A beautiful (and entertaining) story inspired by Linda Strader's latest book - Uprooted, a New Life in the Arizona Sun -
prequel to her memoir “Summers of Fire"
"I briefly made a conscious effort to do just that (be someone new), but eventually learned to be me, even when I wasn't sure who I was yet. I also kept pushing for what I wanted, even though I wasn't sure about that either!"
At the age of seventeen, the worst happened. My parents announced a cross-country move. Anger, sadness, denial … emotions rolled inside me.
I pleaded with my mom, “Let me stay and finish my senior year!” I asked friends to sign my junior yearbook, explaining in tears that I wouldn’t be there as a senior.
Once the initial shock faded, I began to accept the fact that whether I liked it or not, we were moving from Syracuse, New York, to the small town of Prescott, Arizona. I didn’t know what Prescott had in store for me, but I asked myself: What ties me to Syracuse?
It wasn’t like I was popular. The boys I liked never liked me. I didn’t even like me. I wanted to be like my few girlfriends. Everything I attempted turned out a failure. One friend excelled in gymnastics. I gave the team a shot, but I wasn’t graceful and lacked the bravery to try the hard moves. Another friend sewed her own clothes, taking on the challenges of linings, pleats, fitted bodices … and she looked dynamite in her creations. My simple skirts, vests, and dresses looked okay on the cutting table, but not on me. Another friend was outgoing, flirty, and fun. I wanted to be her, too. What was stopping me? Myself. I couldn’t just become someone new, could I? What would everyone think? That I’d lost my mind? Probably.
Then I had a thought: In a new place, I could become a new me. Everyone would see an outgoing, flirty, and fun girl.
“In a new place, I could become a new me. Everyone would see an outgoing, flirty, and fun girl."
I stopped complaining about the upcoming move and focused on changing once in Prescott.
My opportunity to test out the new me actually happened the day we moved into our Prescott rental home. A young man helped us unload, and by the end of the day, he’d asked me out on a date. There it was, laid out on a silver platter: A chance to change. I forced myself to be more open and fun to hang around with. He liked to party with friends, so I partied with them. He wanted to make out every night in his car, so we did. Then that boy broke up with me after dating just two months.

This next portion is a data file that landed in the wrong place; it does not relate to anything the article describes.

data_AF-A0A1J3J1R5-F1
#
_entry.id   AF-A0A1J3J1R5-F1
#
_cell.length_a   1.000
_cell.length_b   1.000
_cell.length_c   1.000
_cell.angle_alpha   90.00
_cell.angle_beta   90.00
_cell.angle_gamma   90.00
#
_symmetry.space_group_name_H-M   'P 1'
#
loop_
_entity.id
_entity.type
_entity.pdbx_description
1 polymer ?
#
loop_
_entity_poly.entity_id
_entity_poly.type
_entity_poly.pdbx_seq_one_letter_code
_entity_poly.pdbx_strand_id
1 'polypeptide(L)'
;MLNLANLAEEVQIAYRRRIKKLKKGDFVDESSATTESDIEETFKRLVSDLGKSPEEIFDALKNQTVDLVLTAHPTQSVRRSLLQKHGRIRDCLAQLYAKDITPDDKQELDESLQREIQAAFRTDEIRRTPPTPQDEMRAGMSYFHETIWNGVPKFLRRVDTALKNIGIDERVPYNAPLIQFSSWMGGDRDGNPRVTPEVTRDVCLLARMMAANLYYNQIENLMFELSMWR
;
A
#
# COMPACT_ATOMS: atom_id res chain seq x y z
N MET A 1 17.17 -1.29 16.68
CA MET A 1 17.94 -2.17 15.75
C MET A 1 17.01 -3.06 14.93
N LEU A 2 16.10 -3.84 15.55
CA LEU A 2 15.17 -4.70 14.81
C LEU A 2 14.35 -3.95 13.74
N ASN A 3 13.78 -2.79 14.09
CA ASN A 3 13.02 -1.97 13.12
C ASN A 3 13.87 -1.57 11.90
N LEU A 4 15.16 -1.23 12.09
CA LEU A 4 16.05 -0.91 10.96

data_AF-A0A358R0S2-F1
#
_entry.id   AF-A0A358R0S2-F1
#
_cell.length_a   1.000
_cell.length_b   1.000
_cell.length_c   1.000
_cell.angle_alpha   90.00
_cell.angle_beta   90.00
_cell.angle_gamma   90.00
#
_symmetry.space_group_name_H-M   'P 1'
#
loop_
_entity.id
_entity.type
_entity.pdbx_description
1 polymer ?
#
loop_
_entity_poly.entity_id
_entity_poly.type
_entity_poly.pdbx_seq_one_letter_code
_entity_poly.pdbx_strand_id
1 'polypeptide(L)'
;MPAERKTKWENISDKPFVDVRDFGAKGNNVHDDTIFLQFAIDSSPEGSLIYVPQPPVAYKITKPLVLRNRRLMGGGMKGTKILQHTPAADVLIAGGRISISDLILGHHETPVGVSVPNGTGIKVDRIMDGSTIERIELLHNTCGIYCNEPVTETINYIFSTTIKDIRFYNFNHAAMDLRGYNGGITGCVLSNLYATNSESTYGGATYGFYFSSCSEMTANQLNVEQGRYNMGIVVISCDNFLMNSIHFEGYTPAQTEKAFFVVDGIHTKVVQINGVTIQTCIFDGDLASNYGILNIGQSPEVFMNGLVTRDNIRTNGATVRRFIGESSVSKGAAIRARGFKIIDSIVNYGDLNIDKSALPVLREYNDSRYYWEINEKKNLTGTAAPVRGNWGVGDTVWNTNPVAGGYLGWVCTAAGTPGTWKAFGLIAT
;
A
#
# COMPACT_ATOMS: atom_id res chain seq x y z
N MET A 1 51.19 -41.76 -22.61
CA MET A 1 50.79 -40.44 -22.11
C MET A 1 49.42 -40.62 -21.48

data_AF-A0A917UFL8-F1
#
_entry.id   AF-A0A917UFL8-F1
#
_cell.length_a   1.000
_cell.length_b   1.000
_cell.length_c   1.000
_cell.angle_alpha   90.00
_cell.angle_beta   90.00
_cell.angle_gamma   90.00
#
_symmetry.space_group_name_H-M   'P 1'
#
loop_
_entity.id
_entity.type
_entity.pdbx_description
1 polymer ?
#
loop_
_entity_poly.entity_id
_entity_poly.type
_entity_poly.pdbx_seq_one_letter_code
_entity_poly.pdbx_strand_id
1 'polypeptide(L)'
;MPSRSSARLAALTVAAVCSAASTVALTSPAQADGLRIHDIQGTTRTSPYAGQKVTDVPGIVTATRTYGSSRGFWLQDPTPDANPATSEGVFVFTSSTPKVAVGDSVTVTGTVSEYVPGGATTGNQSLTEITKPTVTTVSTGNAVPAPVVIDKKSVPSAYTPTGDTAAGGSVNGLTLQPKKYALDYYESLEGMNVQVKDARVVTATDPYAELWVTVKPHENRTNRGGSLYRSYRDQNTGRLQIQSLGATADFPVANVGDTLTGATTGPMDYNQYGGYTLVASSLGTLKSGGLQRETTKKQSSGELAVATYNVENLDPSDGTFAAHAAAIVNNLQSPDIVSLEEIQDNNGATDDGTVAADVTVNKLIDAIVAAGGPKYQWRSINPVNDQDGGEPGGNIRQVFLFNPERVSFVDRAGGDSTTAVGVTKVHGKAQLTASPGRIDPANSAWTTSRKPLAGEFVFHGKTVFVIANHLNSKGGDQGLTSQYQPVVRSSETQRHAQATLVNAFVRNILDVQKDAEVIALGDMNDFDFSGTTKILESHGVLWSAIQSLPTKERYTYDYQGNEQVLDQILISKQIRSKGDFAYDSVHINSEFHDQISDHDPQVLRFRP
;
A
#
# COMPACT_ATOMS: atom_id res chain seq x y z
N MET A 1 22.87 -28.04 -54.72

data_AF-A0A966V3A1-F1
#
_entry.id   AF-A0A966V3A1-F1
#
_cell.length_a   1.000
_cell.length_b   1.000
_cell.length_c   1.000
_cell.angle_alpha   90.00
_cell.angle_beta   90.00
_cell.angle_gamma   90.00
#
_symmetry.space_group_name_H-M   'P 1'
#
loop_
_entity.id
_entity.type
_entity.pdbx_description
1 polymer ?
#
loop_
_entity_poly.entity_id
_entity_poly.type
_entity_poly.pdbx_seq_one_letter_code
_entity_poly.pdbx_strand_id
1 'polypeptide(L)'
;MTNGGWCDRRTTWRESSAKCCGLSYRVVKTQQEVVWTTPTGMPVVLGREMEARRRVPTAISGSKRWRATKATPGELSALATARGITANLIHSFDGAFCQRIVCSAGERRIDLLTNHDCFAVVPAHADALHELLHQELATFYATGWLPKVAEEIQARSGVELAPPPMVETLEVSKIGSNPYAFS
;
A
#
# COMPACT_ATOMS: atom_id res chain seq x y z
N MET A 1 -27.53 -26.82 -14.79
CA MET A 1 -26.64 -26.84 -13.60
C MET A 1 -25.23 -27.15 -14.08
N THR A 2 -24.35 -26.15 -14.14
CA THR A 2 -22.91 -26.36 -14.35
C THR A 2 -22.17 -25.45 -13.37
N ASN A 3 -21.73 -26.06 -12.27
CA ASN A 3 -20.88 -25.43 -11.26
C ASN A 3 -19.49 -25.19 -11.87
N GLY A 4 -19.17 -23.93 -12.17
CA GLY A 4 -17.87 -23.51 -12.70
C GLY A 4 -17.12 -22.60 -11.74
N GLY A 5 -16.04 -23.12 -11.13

For weeks, I refused to speak to another soul. Eventually, though, I caved. I didn’t want to be alone.
Over the next two years, I made a few friends and even found love … or what I thought might be love. I also discovered a number of things about myself:
That I wanted a job, but I didn’t want a mind-numbing job. What would that be? I figured I’d know when I found it.
That nature fed my soul.
I discovered that music, important in Syracuse, was even more so in Arizona. I enrolled in a music theory class, took guitar and piano lessons, wrote songs, and even entered a talent contest.
I discovered watercolor painting and loved it.
I jumped with both feet into the world of silversmithing, making silver and turquoise jewelry.
I discovered that spending a day in the kitchen to try out a new recipe was a delicious time well-spent.
Somewhere along the way, something happened. I stopped wanting to be like someone else. I became satisfied with being the real me.
About the Book 'Uprooted - a new life in the Arizona sun'
It's 1972, and seventeen-year-old Linda Strader's parents do the unthinkable-they move from Syracuse, New York, to Prescott, Arizona. At first, Linda is furious and doesn't want to move. True, life in Syracuse isn't perfect, but all her friends are there. Then she has a thought: maybe this move won't be so bad. What if she can make herself into someone new?
Expecting a desert, Linda is surprised to find Prescott surrounded by pine-covered mountains, lush canyons with clear, cold creeks, and best of all, several new friends willing to show it off to her. Her new friends also share her love of music and even provide some romance in her life, although she holds out hope for a boy she had liked in Syracuse who joins the Navy.
When her father begins a new job in Tucson, he moves there until the house in Prescott is sold, taking Linda with him so she can job hunt. She learns about a Forest Service job on Mt. Lemmon and jumps at the chance, realizing the one constant in her life is her love for the outdoors and nature.
In this prequel to Summers of Fire, Linda learns, in her quest for independence, she's not made for mediocre employment. That fateful move to Prescott sets her off on a career path that not only changes her life forever, but helps open the world of fighting forest fires to women.